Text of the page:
Reported in Nature Neuroscience last week
“Research showing that male and female mice regulate pain sensitivity differently raises questions about gender balance in experimental design.
The immune system has important roles in chronic pain, with cells called microglia being key players. Microglia express a protein called brain-derived neurotrophic factor (BDNF) to signal to spinal-cord neurons. When injury or inflammation occurs, this signal sensitizes the body to pain*, so that even light touch hurts
This confirmed that in males, hypersensitivity to pain depends on BDNF signals from microglia, but that in females it is mediated by some other mechanism.
Importantly, his team’s results may explain why some microglia-targeting pain drugs have failed in human clinical trials. “Maybe they failed because the biology is only true for half the population.”
Brought to mind some other work undertaken on sex differences and pain by Lauren Nicotra (who presented her work at the first PainAdelaide in 2013) and Mark Hutchinson:
“Over many years, pain researchers have firmly established that women do experience more pain than men. Unfortunately, the majority of chronic pain conditions predominately affect the female sex.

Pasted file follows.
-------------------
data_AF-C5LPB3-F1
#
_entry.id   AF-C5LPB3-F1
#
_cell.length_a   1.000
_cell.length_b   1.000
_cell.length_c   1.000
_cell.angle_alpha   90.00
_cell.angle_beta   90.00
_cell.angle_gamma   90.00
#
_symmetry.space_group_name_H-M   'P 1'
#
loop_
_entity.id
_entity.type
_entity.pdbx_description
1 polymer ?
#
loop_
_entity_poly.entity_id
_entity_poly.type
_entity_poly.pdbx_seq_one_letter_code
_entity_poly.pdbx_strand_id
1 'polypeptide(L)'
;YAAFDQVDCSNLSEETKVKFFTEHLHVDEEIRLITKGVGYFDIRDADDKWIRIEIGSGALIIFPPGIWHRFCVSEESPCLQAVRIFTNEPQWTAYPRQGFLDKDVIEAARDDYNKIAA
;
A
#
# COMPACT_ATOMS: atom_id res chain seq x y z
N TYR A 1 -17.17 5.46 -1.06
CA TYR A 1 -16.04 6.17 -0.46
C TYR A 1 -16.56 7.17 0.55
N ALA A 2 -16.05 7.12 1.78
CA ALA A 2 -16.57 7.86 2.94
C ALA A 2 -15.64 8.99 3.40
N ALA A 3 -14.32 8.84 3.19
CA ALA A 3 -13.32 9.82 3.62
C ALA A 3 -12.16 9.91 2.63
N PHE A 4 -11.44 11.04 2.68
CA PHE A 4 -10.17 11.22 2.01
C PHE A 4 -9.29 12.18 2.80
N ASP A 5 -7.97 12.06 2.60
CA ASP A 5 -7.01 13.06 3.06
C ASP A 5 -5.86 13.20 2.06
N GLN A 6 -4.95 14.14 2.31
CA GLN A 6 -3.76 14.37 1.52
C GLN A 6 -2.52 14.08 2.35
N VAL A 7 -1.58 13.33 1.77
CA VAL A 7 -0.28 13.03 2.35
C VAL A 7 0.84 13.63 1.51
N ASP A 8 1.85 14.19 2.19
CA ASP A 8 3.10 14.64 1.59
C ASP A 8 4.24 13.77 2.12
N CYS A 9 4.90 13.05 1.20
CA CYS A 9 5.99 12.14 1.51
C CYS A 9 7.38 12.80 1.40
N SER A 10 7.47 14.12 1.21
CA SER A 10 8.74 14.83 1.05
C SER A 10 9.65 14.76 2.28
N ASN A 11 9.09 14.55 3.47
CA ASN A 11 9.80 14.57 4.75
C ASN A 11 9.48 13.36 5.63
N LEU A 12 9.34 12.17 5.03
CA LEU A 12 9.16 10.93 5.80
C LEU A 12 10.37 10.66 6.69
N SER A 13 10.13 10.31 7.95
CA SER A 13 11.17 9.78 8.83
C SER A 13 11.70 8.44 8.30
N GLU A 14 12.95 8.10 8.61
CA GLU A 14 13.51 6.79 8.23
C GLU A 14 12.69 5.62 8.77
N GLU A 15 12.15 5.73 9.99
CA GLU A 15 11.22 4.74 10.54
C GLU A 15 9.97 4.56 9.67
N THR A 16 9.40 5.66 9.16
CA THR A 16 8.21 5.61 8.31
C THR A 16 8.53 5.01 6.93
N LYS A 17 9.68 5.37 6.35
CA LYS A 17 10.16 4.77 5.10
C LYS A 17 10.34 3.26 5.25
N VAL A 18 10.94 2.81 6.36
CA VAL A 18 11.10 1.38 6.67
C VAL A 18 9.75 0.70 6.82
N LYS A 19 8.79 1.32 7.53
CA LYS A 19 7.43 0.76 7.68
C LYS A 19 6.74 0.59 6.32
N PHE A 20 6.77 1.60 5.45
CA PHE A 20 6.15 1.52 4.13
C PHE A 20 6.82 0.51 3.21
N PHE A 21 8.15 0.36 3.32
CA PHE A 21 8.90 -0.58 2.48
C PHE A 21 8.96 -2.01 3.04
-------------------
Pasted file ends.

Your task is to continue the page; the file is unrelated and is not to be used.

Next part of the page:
The search for these elusive mechanisms that contribute to the sex differences in pain led us to look at the “other brain”, the immune like cells of the brain and spinal cord, termed glia. Glia are a collection of immune-like cells that outnumber neurons ten to one** throughout the brain and spinal cord.
Female sex hormones oestrogen and progesterone interact with the brain’s immune cells. The predominant female sex hormone, oestrogen has long been known to influence female pain. But new studies investigating pain across the female menstrual cycle have shown increased pain sensitivity when oestrogen levels peak in the cycle. (For a comprehensive review of this work, here is an open access paper)
Our research team has identified that the cellular and molecular generators of pain*** are fundamentally different between males and females. Critically, glia appear to be central to this sex difference in pain. Female pain is fundamentally different to male pain owing to the different reliance on glia.
I’ve always found this last statement to be interesting – “Female pain is fundamentally different to male pain owing to the different reliance on glia”. The neuroimmune substrate of pain clearly has differences between males and females in some instances, but does this make pain itself – the experience of pain, fundamentally different? That’s probably a Pinot Noir question.
* Not happy with this wording
*** Don’t like this wording either